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Exercise Improves Cancer Survivors’ Cardiovascular Health

A four-month aerobic and resistance training intervention led to improvements in vascular function.

Breast, colorectal and prostate cancer survivors who participated in an aerobic exercise and resistance training program showed improvements in vascular function and reduced atherosclerosis, according to study results presented at the American Association for Cancer Research Annual Meeting (AACR 2024) this month in San Diego.

“After just four months, patients in the exercise program significantly improved vascular function measures, including improving endothelial function and reducing vascular wall thickness compared to the usual care control group,” Cami Christopher, MPH, of Dana-Farber Cancer Research Center, said in a video summary. “Our findings are in line with recent cardio-oncology guidelines, which advocate for exercise to be integrated into clinical care and mitigate cardiovascular disease risk among cancer populations.”

Cancer survivors are at an increased risk for cardiovascular disease—including atherosclerosis, hypertension and heart failure—in part due to negative effects of certain cancer therapies. Studies have shown that physical activity can improve the health of people undergoing cancer treatment and cancer survivors, but its effects on vascular function have not been extensively studied.

Christopher and colleagues conducted a pilot study to evaluate whether an exercise intervention could improve vascular function for cancer survivor. They assessed brachial artery flow-mediated dilation, a measure of how much a major artery in the upper arm expands when blood flow increases during exercise. They also used ultrasound imaging to measure carotid intima media thickness, or thickening of the walls of the carotid arteries in the neck—an early indicator of atherosclerosis, or “hardening of the arteries.”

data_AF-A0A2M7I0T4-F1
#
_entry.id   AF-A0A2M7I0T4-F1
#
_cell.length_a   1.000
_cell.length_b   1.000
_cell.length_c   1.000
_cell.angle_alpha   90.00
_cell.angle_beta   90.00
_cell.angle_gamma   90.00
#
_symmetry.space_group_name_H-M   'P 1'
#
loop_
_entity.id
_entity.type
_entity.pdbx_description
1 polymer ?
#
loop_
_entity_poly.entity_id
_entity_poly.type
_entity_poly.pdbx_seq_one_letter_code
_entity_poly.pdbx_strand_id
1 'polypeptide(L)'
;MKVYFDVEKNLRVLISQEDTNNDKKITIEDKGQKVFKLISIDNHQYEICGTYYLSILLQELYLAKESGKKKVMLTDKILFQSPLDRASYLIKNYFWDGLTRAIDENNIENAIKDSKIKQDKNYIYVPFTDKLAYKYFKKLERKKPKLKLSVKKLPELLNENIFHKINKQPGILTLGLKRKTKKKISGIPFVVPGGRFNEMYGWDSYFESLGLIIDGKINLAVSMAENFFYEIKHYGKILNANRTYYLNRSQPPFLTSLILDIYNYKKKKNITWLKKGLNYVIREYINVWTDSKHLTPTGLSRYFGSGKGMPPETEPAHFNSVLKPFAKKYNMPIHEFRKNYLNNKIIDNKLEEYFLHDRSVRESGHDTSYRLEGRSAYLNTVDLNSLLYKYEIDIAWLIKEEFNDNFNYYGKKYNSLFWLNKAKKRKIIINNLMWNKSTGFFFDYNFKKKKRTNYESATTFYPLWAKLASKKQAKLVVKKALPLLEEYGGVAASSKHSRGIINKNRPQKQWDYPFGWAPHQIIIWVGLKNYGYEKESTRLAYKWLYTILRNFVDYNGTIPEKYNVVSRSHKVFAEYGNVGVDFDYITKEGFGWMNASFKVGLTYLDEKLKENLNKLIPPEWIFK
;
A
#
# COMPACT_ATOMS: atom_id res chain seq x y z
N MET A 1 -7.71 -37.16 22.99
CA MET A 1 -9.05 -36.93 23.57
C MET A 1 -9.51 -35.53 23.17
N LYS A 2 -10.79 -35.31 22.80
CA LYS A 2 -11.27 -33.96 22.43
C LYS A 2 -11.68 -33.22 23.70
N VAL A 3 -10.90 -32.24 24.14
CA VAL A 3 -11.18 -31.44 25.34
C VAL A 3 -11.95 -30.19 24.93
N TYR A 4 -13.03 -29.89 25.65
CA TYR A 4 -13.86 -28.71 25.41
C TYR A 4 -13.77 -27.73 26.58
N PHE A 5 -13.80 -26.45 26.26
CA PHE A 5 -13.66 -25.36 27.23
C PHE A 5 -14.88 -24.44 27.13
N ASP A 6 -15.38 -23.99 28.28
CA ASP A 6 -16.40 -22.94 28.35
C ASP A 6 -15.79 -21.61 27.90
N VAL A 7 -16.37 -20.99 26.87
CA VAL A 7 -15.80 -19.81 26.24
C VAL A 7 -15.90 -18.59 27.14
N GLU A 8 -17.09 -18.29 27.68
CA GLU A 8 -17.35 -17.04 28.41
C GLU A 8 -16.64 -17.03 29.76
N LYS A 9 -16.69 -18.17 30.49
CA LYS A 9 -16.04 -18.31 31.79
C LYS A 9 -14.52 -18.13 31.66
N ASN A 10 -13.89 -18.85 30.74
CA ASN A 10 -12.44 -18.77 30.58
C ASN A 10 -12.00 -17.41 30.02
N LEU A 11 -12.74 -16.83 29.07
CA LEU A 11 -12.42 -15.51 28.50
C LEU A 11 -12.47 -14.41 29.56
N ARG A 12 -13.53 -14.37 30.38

The analysis included 38 breast cancer, 28 colorectal cancer and 24 prostate cancer survivors with a median age in the mid-sixties. At baseline, they were sedentary and had overweight or obesity. Three quarters had completed chemotherapy, radiation therapy or both.

The study participants were randomly assigned to either receive usual care or take part in an interval-based circuit exercise program that included both moderate to vigorous aerobic activity and resistance training. Those in the latter groups did supervised training three times per week for four months.

After the intervention, people in the exercise group showed a significant increase in brachial artery flow-mediated dilation compared with the control group. They also had a significant reduction in carotid intima media thickness.

“Our findings in this pilot study support that a circuit, interval-based aerobic and resistance exercise intervention may improve vascular function in breast, prostate and colorectal cancer survivors,” the researchers concluded. “Future studies are recommended to understand how exercise interventions can be utilized clinically to improve cardiovascular disease risk and comorbidity among cancer survivors.”

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